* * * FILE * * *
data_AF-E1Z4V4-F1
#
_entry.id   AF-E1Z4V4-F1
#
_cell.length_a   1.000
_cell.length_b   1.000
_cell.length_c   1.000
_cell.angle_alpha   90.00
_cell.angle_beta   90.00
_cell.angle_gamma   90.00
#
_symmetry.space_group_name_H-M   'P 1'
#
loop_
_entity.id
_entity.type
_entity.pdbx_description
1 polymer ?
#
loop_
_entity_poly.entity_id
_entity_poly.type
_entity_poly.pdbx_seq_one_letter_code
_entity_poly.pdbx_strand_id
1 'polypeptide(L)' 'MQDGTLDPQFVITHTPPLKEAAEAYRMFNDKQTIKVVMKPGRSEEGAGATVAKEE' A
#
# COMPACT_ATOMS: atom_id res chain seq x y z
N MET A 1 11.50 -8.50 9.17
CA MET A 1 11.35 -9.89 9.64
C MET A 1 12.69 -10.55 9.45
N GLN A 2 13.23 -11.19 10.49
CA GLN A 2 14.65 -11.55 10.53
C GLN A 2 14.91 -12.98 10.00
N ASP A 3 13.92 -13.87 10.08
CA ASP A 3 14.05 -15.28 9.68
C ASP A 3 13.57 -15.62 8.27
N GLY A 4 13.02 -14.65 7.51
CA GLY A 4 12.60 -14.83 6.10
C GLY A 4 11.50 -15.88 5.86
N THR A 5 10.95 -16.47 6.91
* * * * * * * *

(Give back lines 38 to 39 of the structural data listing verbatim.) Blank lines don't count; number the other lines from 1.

CA GLY A 4 12.60 -14.83 6.10
C GLY A 4 11.50 -15.88 5.86